Overview of the Chemistry-Aerosol Mediterranean Experiment/Aerosol Direct Radiative Forcing on the Mediterranean Climate (ChArMEx/ADRIMED) summer 2013 campaign

M. Mallet, F. Dulac, P. Formenti, P. Nabat, J. Sciare, G. Roberts, J. Pelon, G. Ancellet, D. Tanré, F. Parol, A. Di Sarra, L. Alados, J. Arndt, F. Auriol, L. Blarel, T. Bourrianne, G. Brogniez, P. Chazette, S. Chevaillier, M. ClaeysB. D'Anna, C. Denjean, Y. Derimian, K. Desboeufs, T. Di Iorio, J.-F. Doussin, P. Durand, A. Féron, E. Freney, C. Gaimoz, P. Goloub, J.L. Gómez-Amo, M.J. Granados-Muñoz, N. Grand, E. Hamonou, I. Jankowiak, M. Jeannot, J.-F. Léon, M. Maillé, S. Mailler, D. Meloni, L. Menut, G. Momboisse, J. Nicolas, J. Podvin, V. Pont, G. Rea, J.-B. Renard, L. Roblou, K. Schepanski, A. Schwarzenboeck, K. Sellegri, M. Sicard, F. Solmon, S. Somot, B. Torres, J. Totems, S. Triquet, N. Verdier, C. Verwaerde, J. Wenger, P. Zapf

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Abstract

The Chemistry-Aerosol Mediterranean Experiment (ChArMEx; http://charmex.lsce.ipsl.fr) is a collaborative research program federating international activities to investigate Mediterranean regional chemistry-climate interactions. A special observing period (SOP-1a) including intensive airborne measurements was performed in the framework of the Aerosol Direct Radiative Forcing on the Mediterranean Climate (ADRIMED) project during the Mediterranean dry season over the western and central Mediterranean basins, with a focus on aerosol-radiation measurements and their modeling. The SOP-1a took place from 11 June to 5 July 2013. Airborne measurements were made by both the ATR-42 and F-20 French research aircraft operated from Sardinia (Italy) and instrumented for in situ and remote-sensing measurements, respectively, and by sounding and drifting balloons, launched in Minorca. The experimental set-up also involved several ground-based measurement sites on islands including two ground-based reference stations in Corsica and Lampedusa and secondary monitoring sites in Minorca and Sicily. Additional measurements including lidar profiling were also performed on alert during aircraft operations at EARLINET/ACTRIS stations at Granada and Barcelona in Spain, and in southern Italy. Remote sensing aerosol products from satellites (MSG/SEVIRI, MODIS) and from the AERONET/PHOTONS network were also used. Dedicated meso-scale and regional modelling experiments were performed in relation to this observational effort. We provide here an overview of the different surface and aircraft observations deployed during the ChArMEx/ADRIMED period and of associated modeling studies together with an analysis of the synoptic conditions that determined the aerosol emission and transport. Meteorological conditions observed during this campaign (moderate temperatures and southern flows) were not favorable to produce high level of atmospheric pollutants nor intense biomass burning events in the region. However, numerous mineral dust plumes were observed during the campaign with main sources located in Morocco, Algeria and Tunisia, leading to aerosol optical depth (AOD) values ranging between 0.2 to 0.6 (at 440 nm) over the western and central Mediterranean basins. Associated aerosol extinction values measured on-board the ATR-42 within the dust plume show local maxima reaching up to 150 Mm-1. Non negligible aerosol extinction (about 50 Mm-1-1) was also been observed within the Marine Boundary Layer (MBL). By combining ATR-42 extinction, absorption and scattering measurements, a complete optical closure has been made revealing excellent agreement with estimated optical properties. Associated calculations of the dust single scattering albedo (SSA) have been conducted, which show a moderate variability (from 0.90 to 1.00 at 530 nm). In parallel, active remote-sensing observations from the surface and onboard the F-20 aircraft suggest a complex vertical structure of particles and distinct aerosol layers with sea-salt and pollution located within the MBL, and mineral dust and/or aged north American smoke particles located above (up to 6-7 km in altitude). Aircraft and balloon-borne observations show particle size distributions characterized by large aerosols (> 10 μm in diameter) within dust plumes. In terms of shortwave (SW) direct forcing, in-situ surface and aircraft observations have been merged and used as inputs in 1-D radiative transfer codes for calculating the direct radiative forcing (DRF). Results show significant surface SW instantaneous forcing (up to -90 W m-2at noon). Associated 3-D modeling studies from regional climate (RCM) and chemistry transport (CTM) models indicate a relatively good agreement for simulated AOD compared with measurements/observations from the AERONET/PHOTONS network and satellite data, especially for long-range dust transport. Calculations of the 3-D SW (clear-sky) surface DRF indicate an average of about -10 to -20 W m-2(for the whole period) over the Mediterranean Sea together with maxima (-50 W m-2) over northern Africa. The top of the atmosphere (TOA) DRF is shown to be highly variable within the domain, due to moderate absorbing properties of dust and changes in the surface albedo. Indeed, 3-D simulations indicate negative forcing over the Mediterranean Sea and Europe and positive forcing over northern Africa.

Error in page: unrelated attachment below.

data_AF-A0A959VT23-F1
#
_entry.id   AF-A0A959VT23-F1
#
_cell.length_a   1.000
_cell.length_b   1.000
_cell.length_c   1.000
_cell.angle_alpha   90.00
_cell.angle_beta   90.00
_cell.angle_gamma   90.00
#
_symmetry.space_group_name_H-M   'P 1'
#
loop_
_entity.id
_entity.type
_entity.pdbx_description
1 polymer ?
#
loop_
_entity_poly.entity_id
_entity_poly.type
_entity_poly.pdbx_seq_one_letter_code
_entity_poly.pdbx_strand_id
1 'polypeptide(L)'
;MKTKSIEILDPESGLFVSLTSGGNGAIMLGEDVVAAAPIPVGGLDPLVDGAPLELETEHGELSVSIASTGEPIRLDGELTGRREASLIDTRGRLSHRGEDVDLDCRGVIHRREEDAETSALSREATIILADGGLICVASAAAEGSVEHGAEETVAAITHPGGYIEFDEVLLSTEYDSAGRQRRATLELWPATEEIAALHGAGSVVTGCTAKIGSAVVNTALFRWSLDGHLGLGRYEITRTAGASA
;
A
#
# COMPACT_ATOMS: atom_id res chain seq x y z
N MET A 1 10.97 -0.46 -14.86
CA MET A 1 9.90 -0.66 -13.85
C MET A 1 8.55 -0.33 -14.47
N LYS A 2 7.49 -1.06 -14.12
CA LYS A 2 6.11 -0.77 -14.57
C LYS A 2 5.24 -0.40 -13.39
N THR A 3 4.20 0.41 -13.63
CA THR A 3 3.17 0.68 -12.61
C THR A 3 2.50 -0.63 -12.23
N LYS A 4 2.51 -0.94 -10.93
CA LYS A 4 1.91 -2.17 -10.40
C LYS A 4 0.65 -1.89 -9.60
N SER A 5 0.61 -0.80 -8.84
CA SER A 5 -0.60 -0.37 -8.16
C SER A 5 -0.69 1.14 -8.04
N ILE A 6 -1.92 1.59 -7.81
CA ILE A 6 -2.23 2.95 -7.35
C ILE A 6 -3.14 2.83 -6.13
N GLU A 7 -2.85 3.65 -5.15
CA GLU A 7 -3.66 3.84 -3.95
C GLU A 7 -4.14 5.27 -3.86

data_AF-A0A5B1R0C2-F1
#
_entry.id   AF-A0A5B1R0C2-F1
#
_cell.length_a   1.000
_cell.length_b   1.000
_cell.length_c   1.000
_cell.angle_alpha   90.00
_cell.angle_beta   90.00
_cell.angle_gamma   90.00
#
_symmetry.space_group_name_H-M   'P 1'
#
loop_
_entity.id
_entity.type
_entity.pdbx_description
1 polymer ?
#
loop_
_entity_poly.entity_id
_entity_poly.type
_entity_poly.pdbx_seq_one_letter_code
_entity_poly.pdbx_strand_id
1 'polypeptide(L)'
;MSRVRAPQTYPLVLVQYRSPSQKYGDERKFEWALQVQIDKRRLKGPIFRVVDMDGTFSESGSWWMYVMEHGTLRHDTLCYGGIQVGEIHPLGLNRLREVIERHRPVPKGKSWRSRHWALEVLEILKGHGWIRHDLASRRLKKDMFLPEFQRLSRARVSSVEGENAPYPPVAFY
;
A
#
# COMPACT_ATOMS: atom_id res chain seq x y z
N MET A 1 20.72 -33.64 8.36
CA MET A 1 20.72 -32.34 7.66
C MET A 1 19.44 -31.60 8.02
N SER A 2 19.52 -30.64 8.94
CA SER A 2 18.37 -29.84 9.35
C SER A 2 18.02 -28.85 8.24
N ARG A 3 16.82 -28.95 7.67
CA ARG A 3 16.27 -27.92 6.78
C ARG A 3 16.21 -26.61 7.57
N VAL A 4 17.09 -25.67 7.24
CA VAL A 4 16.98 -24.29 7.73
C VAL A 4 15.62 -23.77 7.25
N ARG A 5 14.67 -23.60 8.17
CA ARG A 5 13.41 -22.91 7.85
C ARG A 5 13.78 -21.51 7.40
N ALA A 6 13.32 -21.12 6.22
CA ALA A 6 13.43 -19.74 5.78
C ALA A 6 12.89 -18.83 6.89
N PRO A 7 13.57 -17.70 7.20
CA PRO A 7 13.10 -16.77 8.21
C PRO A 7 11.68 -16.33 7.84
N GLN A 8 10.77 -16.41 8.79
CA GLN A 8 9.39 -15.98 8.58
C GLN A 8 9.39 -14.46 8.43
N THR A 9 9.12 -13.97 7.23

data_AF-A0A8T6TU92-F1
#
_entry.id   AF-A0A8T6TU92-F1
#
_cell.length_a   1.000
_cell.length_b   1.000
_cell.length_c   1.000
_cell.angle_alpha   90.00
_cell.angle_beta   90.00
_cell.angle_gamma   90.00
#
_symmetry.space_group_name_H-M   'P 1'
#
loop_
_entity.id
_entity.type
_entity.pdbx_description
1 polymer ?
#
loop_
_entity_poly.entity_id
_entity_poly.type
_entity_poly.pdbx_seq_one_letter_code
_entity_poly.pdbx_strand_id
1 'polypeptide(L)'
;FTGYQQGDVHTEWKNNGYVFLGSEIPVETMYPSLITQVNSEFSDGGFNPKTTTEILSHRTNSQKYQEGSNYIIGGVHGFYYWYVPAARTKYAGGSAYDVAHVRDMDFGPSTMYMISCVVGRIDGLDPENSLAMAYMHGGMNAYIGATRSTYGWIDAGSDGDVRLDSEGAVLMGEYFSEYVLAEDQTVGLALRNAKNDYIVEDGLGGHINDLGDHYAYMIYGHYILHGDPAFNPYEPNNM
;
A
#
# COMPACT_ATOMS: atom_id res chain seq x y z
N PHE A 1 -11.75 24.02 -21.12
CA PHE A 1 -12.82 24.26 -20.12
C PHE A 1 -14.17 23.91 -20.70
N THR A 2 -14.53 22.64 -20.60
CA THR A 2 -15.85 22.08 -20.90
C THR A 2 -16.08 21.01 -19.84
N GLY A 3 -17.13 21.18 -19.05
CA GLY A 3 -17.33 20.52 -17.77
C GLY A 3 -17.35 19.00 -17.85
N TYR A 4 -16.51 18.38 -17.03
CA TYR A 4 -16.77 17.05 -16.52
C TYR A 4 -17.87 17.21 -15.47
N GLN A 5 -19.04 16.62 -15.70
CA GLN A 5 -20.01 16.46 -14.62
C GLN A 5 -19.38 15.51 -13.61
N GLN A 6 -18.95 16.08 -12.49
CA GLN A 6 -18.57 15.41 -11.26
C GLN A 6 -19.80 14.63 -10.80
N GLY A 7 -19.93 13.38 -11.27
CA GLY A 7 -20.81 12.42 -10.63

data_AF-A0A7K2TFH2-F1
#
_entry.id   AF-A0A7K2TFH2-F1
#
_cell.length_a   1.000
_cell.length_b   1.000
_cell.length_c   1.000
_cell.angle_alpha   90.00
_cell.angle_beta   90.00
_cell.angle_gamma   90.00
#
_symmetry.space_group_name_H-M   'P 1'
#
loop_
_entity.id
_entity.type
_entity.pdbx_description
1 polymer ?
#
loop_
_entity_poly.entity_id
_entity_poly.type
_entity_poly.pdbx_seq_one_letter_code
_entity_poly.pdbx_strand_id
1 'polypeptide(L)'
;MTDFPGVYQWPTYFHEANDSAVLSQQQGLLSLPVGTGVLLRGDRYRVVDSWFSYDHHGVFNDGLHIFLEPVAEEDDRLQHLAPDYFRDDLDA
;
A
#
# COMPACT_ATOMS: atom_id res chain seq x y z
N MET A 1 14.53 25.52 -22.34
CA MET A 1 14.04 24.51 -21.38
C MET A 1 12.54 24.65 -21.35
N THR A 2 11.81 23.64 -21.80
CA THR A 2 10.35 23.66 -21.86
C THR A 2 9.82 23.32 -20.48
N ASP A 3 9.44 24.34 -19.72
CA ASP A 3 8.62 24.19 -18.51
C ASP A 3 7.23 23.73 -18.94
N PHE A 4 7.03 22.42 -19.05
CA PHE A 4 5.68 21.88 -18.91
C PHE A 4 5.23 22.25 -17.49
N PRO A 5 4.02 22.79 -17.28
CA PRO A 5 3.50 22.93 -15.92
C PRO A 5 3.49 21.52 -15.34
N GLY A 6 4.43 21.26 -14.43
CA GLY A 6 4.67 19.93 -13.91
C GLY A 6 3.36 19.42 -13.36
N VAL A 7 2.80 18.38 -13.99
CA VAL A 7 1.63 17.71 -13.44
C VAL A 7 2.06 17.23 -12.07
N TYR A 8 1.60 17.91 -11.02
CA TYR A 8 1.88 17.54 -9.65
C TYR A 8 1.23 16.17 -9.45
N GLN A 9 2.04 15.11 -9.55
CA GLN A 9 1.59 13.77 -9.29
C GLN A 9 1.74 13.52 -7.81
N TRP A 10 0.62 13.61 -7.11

Original languageEnglish
Pages (from-to)19615 - 19727
Number of pages113
JournalAtmospheric Chemistry and Physics Discussions
Volume15
Issue number14
DOIs
Publication statusPublished - 17 Jul 2015
Externally publishedYes

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All Science Journal Classification (ASJC) codes

  • Atmospheric Science
  • Space and Planetary Science

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